Success Story: Amputee Motorcycle Rider
Choices have the power to alter a person’s life in ways unexpected. The impact a choice can have on a life varies enormously, but Kendall Keeling knows what it is like to make a powerful decision. Not the coin flip kind. One he never thought he would come face to face with.
A firework incident left Keeling’s hand in an unimaginable condition. Doctors kept trying to save his hand, but Keeling was brave and told doctors they did not need to save it. Instead, amputate. “The amputation was actually my choice. At first they were trying to keep my hand, but I decided it would be easier if I had an amputation.” Keeling woke up from surgery without the arm he was use to looking at because there was no hand. “It was an outpatient surgery, I was really just tired, I couldn’t feel much in my arm because it was completely numb. It was a little different not seeing a hand at the end of my arm.” In no way was Keeling a sit still kind of guy before his accident. He played guitar, rode motorcycles, worked on vehicles, and participated in multiple other activities involving his hands. Therefore, the loss of an important key to participating in his hobbies would not be easy. Most people are not aware of how much hands are used on a daily basis, until they are without one or both. Think about it. Opening doors, cooking, cleaning, driving, and so much more. So, why would Keeling suggest an amputation? Bravery. Keeling found SRT when he came in contact with an old friend his late uncle had made when he served in the military. Once contacted, the staff of SRT fit Keeling for his prosthesis because every patient’s device is customized, in order to have a comfortable experience.
“The fit of my prosthetic makes a huge difference, if it doesn’t fit correctly, then it may alter the use of my device. If it doesn’t fit right then I will have to get ahold of my SRT team and let them know. Usually they find a way to get me in and fixed up as soon as possible.” The resources and assistance SRT has been able to offer Keeling allows everyday activities to be a bit easier.
“My experience with SRT has been nothing but incredible, the team that works with me are amazing. They are very professional, they fix my devices when I need it and are honestly becoming a family to me.” No matter the amount of help or encouragement SRT provides, a patient is helping themselves out, tremendously, if they are wide open to suggestions when they are discovering a new normal. “I wouldn’t be where I am today if it was not for all of the love and support I have received in the last 9 months. After all of the pain, tears, doctor visits, and surgeries, I still would not go back and redo it. Because of what happened, it has made me the man I am now. All I want to do is share my story and inspire those who may be down or going through a tough situation.”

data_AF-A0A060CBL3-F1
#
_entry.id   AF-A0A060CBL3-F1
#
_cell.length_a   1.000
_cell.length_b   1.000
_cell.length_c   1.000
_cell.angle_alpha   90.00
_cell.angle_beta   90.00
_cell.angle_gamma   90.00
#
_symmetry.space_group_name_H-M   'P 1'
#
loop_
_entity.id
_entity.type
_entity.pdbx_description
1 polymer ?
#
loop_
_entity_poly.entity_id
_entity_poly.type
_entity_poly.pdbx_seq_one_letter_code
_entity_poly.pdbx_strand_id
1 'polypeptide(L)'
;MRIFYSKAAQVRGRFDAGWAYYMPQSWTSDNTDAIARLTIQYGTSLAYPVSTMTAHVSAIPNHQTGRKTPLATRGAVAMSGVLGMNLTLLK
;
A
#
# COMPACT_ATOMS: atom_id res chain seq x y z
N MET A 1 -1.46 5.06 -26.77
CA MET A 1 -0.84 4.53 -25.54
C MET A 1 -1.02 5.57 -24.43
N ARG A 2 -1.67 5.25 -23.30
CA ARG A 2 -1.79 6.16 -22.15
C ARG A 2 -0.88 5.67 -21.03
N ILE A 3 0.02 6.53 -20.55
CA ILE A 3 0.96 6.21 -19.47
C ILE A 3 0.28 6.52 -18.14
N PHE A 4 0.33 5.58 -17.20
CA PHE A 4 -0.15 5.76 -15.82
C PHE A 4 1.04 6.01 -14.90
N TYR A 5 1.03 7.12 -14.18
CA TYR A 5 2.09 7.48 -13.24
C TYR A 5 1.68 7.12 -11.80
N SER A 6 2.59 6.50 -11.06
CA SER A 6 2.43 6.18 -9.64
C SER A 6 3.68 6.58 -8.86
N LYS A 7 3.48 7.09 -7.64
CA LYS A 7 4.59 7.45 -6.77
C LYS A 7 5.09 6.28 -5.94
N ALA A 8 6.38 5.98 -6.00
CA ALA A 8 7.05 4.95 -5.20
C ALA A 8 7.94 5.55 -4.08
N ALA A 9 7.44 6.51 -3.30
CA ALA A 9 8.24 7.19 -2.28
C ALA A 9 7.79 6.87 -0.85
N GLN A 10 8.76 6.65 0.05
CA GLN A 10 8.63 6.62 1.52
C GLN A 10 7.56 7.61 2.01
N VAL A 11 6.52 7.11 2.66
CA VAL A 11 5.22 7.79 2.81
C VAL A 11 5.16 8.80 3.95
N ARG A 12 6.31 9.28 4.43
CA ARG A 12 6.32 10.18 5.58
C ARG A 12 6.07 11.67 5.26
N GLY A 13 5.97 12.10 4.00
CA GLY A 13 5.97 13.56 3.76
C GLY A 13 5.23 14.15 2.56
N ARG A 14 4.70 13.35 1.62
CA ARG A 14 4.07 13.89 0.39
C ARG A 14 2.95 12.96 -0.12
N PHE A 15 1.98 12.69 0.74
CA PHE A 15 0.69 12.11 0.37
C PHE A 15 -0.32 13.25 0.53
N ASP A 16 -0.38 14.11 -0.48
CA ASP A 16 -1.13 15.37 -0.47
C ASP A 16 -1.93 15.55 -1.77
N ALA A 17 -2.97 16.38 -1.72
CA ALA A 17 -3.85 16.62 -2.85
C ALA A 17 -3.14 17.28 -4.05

Whether or not he realizes, Keeling’s skills with his prosthesis would not be possible without his motivation and willingness to learn its operations. When asked what he would say to a new amputee, Keeling’s response completely represents the positive outlook he has had during a difficult journey. “No matter what, there’s always a positive. Never look at it as a loss, because it could be so much worse. I may have lost my hand, but had that firework blown up near my head or if the propane torch I was holding blew up, it probably would have killed me. To be alive and only missing a hand, it’s all worth it. So if you are a new amputee, remember that it could have always been worse.”
What is Keeling doing now? As amazing as it sounds, he is working for SRT Prosthetics in the Kokomo lab as a technician. “I frequently use my prosthetic at work, it makes it so much easier to work, especially when I have to carry multiple things at once.” But wait, nothing is stopping Keeling from the hobbies he enjoyed before his accident. “My number one hobby is riding my motorcycle, either with my dad, my club, or just going out riding. I enjoy being outside, fishing, camping, working on vehicles, and I am slowly trying to get back into playing guitar.”